In November of 1940 when twenty-five-year-old
Ethel reported for her first duty as an Army Nurse at Letterman Hospital near San Francisco, most of the soldiers seen were going to or from active duty around the globe. Ethel noticed a sign-up sheet asking for nurses interested in going to the Philippines. A pencil on a string could be used to leave a name.
“I put my name on that list three times,” she told a fellow nurse. “And each time, the list goes down and they don’t get ahold of me.”
The next time a new sign-up sheet was posted, Ethel used a pen on the signup sheet, hoping she’d get noticed. Within a couple of days, Ethel was called into her supervisor’s office.
“Do you have any idea what it’s like in the Philippines?” Ms. Near asked. Ms. Near had been to the Philippines more than once herself.
“Well, no, I don’t really know,” she answered quietly.
“Honey, you’re going to have to work very hard if you go there.”
Ethel’s answer was swift. “Well,” she said, “has anyone ever told you that I’m lazy?”
“Oh, no,” Ms. Near replied. “But I just want to assure you it’s not going to be easy if you go over there.”
The morning fog was lifting across the San Francisco Bay as the troop ship left the marina and headed west towards the open Pacific Ocean. Ethel stood outdoors at the railing on the port side, not able to identify her mood, or moods. She was simultaneously feeling excited, scared, teary-eyed, slightly panicked, and a little bit crazy. It seemed like only yesterday she had graduated from her nursing program, and although she had confidence in her clinical training and experience, she still had a bit of that farm girl in her. She thought of her mother now, how hard her mother cried when her sisters helped her load her baggage onto the train in Missouri. How far from home California had seemed, and now…now she was taking a seventeen-day voyage to Manila, nearly seven thousand miles from San Francisco. Remembering Ms. Near’s inquisition of her— “You are going to have to work very hard if you go over there”— Ethel thought, Can it be harder than farm work? What if I can’t hold up?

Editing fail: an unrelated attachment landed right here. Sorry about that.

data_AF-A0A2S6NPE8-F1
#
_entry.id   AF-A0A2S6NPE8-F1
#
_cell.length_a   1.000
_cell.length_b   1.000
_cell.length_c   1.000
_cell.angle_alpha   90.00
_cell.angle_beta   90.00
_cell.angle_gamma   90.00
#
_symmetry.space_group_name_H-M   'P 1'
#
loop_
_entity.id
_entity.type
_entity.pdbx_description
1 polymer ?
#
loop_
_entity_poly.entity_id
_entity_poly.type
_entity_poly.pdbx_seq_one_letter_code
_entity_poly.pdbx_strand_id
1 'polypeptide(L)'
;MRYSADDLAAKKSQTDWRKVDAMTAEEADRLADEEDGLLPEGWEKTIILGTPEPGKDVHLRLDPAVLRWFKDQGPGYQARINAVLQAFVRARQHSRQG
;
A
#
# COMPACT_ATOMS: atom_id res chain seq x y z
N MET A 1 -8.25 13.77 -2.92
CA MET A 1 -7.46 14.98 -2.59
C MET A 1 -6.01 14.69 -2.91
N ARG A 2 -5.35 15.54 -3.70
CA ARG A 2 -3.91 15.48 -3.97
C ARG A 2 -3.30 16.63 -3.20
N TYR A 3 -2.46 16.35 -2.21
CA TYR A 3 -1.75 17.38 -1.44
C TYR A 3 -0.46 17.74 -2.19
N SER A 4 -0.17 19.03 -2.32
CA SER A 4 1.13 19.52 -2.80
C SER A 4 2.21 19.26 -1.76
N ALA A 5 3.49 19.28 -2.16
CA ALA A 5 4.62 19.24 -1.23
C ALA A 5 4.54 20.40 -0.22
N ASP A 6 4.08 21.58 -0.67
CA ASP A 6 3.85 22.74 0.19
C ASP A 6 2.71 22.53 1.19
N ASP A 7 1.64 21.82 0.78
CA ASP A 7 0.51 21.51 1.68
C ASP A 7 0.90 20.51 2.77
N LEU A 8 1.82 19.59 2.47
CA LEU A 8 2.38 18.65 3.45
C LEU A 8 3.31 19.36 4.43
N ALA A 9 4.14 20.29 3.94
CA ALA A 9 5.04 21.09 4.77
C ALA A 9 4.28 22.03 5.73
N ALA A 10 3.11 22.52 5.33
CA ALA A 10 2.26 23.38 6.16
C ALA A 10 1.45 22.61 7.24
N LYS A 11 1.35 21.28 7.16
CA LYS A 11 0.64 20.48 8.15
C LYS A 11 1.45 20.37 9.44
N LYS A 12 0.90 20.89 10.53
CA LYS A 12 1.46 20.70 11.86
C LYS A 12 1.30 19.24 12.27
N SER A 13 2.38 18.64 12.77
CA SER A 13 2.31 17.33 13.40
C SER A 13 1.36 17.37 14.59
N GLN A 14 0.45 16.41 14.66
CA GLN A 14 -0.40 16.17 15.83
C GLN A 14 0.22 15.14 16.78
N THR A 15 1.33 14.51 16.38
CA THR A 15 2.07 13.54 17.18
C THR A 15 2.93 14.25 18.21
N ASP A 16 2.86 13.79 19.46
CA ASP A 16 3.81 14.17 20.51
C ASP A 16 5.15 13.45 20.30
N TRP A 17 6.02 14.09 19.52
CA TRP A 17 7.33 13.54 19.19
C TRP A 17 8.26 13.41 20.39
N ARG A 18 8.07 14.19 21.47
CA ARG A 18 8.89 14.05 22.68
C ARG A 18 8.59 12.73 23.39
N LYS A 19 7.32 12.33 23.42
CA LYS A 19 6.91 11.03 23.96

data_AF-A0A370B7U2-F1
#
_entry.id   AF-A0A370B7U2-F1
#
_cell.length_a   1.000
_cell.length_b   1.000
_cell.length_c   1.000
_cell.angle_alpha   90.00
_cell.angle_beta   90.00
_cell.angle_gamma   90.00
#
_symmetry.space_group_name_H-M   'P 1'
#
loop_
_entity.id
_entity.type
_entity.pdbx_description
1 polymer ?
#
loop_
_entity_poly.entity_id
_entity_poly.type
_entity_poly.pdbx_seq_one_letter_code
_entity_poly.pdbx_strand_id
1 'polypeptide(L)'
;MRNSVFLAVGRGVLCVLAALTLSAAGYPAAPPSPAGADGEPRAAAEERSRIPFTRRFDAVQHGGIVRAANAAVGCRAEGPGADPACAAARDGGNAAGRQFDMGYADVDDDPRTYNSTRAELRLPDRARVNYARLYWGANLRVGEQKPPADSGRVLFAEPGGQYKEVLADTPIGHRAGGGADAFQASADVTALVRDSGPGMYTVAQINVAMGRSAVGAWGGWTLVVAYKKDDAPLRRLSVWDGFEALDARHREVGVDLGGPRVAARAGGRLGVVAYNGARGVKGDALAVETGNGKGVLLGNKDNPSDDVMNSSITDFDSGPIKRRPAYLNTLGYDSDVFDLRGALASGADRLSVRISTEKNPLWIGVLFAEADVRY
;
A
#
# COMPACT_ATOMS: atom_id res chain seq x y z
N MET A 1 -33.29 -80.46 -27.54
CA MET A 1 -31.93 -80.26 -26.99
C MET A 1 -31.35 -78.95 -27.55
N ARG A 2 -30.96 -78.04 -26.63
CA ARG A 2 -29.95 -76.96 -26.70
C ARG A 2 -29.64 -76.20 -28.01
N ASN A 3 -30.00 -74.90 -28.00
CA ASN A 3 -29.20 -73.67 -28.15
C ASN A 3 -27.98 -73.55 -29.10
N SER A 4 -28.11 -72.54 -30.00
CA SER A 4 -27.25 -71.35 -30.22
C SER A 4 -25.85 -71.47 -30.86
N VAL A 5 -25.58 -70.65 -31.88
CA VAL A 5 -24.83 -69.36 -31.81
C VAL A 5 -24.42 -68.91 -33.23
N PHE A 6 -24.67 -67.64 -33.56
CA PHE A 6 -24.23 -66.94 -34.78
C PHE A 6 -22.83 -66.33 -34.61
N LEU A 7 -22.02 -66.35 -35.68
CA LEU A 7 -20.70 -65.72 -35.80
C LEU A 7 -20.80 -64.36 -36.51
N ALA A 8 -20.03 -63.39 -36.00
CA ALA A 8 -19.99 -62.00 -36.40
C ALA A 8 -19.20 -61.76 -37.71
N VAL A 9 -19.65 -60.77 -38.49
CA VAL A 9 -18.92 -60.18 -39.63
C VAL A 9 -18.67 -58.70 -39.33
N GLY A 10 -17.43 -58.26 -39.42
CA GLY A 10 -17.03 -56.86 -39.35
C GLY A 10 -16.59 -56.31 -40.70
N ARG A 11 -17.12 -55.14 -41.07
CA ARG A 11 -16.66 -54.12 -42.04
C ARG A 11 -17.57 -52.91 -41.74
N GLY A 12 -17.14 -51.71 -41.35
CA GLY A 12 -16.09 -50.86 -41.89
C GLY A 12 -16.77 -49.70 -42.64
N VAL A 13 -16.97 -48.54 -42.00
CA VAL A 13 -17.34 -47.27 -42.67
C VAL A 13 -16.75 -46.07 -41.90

The Presidio’s fortress stood sentinel, as it had since 1776, as if saluting the young Army nurse as she passed. The Golden Gate Bridge, built just eleven years before, shone in the morning sun like a steel rainbow in a sky of misty blue. The fog was almost gone by the time the ship passed under the bridge. A crew member used the massive horns to play a short tune, just showing off for the tourists driving over the bridge. And soon, the bridge, the Presidio, the Bay, and California were just a distant recollection.
Ethel soon met other nurses who were heading for Manila. She wondered if any of them had been grilled by Ms. Near, and if so, why they thought they were suited for the tough job ahead.
The troop ship stopped in Honolulu, and the nurses had a chance to try out their land legs again. People told them that the Philippines looked much like Hawaii: a group of islands with white sand beaches, swaying palm trees, abundant flowers, and lush, green forests. It was hard to get back on the ship after their brief stay in Honolulu, but they had more of an idea how beautiful the Philippine Islands would be.
And they would not be disappointed…
NEXT WEEK: LIFE IN PARADISE